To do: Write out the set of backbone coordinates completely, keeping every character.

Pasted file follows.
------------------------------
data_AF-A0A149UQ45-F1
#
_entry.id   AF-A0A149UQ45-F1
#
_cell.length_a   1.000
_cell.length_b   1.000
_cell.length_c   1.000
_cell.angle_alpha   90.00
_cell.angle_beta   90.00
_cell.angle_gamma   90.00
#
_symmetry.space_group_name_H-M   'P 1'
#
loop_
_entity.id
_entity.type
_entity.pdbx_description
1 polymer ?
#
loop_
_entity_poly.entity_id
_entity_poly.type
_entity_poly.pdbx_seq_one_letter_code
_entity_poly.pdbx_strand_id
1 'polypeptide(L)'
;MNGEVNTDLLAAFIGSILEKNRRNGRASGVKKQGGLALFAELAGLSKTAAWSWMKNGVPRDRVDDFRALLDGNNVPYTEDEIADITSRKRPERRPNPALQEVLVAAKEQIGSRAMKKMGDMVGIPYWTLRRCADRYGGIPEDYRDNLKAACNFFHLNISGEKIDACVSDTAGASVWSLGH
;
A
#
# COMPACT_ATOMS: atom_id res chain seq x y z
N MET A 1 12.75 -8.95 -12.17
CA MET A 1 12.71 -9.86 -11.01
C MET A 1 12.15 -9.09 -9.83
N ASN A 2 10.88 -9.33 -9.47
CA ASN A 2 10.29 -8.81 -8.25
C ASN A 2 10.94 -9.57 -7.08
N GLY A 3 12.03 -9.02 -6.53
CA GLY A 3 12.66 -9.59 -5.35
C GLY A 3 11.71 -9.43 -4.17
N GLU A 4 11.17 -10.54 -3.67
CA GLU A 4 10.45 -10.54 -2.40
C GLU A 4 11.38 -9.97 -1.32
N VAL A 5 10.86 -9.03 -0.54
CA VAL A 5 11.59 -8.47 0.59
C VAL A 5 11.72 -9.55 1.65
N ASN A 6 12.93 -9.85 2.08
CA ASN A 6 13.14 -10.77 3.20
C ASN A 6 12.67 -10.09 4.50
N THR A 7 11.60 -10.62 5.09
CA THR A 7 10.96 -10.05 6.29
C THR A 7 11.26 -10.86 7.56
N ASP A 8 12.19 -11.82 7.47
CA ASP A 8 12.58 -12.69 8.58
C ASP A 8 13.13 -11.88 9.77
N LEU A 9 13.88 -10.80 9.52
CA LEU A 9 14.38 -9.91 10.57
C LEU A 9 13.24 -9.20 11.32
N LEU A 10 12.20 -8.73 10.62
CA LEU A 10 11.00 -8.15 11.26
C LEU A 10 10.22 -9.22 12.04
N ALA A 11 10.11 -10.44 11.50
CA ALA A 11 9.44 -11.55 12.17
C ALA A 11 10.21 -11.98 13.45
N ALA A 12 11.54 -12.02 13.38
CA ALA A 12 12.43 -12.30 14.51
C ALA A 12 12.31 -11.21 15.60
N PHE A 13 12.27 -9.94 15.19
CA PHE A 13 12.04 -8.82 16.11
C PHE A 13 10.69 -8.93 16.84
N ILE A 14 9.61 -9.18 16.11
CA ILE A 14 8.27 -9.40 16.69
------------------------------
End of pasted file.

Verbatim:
data_AF-A0A149UQ45-F1
#
_entry.id   AF-A0A149UQ45-F1
#
_cell.length_a   1.000
_cell.length_b   1.000
_cell.length_c   1.000
_cell.angle_alpha   90.00
_cell.angle_beta   90.00
_cell.angle_gamma   90.00
#
_symmetry.space_group_name_H-M   'P 1'
#
loop_
_entity.id
_entity.type
_entity.pdbx_description
1 polymer ?
#
loop_
_entity_poly.entity_id
_entity_poly.type
_entity_poly.pdbx_seq_one_letter_code
_entity_poly.pdbx_strand_id
1 'polypeptide(L)'
;MNGEVNTDLLAAFIGSILEKNRRNGRASGVKKQGGLALFAELAGLSKTAAWSWMKNGVPRDRVDDFRALLDGNNVPYTEDEIADITSRKRPERRPNPALQEVLVAAKEQIGSRAMKKMGDMVGIPYWTLRRCADRYGGIPEDYRDNLKAACNFFHLNISGEKIDACVSDTAGASVWSLGH
;
A
#
# COMPACT_ATOMS: atom_id res chain seq x y z
N MET A 1 12.75 -8.95 -12.17
CA MET A 1 12.71 -9.86 -11.01
C MET A 1 12.15 -9.09 -9.83
N ASN A 2 10.88 -9.33 -9.47
CA ASN A 2 10.29 -8.81 -8.25
C ASN A 2 10.94 -9.57 -7.08
N GLY A 3 12.03 -9.02 -6.53
CA GLY A 3 12.66 -9.59 -5.35
C GLY A 3 11.71 -9.43 -4.17
N GLU A 4 11.17 -10.54 -3.67
CA GLU A 4 10.45 -10.54 -2.40
C GLU A 4 11.38 -9.97 -1.32
N VAL A 5 10.86 -9.03 -0.54
CA VAL A 5 11.59 -8.47 0.59
C VAL A 5 11.72 -9.55 1.65
N ASN A 6 12.93 -9.85 2.08
CA ASN A 6 13.14 -10.77 3.20
C ASN A 6 12.67 -10.09 4.50
N THR A 7 11.60 -10.62 5.09
CA THR A 7 10.96 -10.05 6.29
C THR A 7 11.26 -10.86 7.56
N ASP A 8 12.19 -11.82 7.47
CA ASP A 8 12.58 -12.69 8.58
C ASP A 8 13.13 -11.88 9.77
N LEU A 9 13.88 -10.80 9.52
CA LEU A 9 14.38 -9.91 10.57
C LEU A 9 13.24 -9.20 11.32
N LEU A 10 12.20 -8.73 10.62
CA LEU A 10 11.00 -8.15 11.26
C LEU A 10 10.22 -9.22 12.04
N ALA A 11 10.11 -10.44 11.50
CA ALA A 11 9.44 -11.55 12.17
C ALA A 11 10.21 -11.98 13.45
N ALA A 12 11.54 -12.02 13.38
CA ALA A 12 12.43 -12.30 14.51
C ALA A 12 12.31 -11.21 15.60
N PHE A 13 12.27 -9.94 15.19
CA PHE A 13 12.04 -8.82 16.11
C PHE A 13 10.69 -8.93 16.84
N ILE A 14 9.61 -9.18 16.11
CA ILE A 14 8.27 -9.40 16.69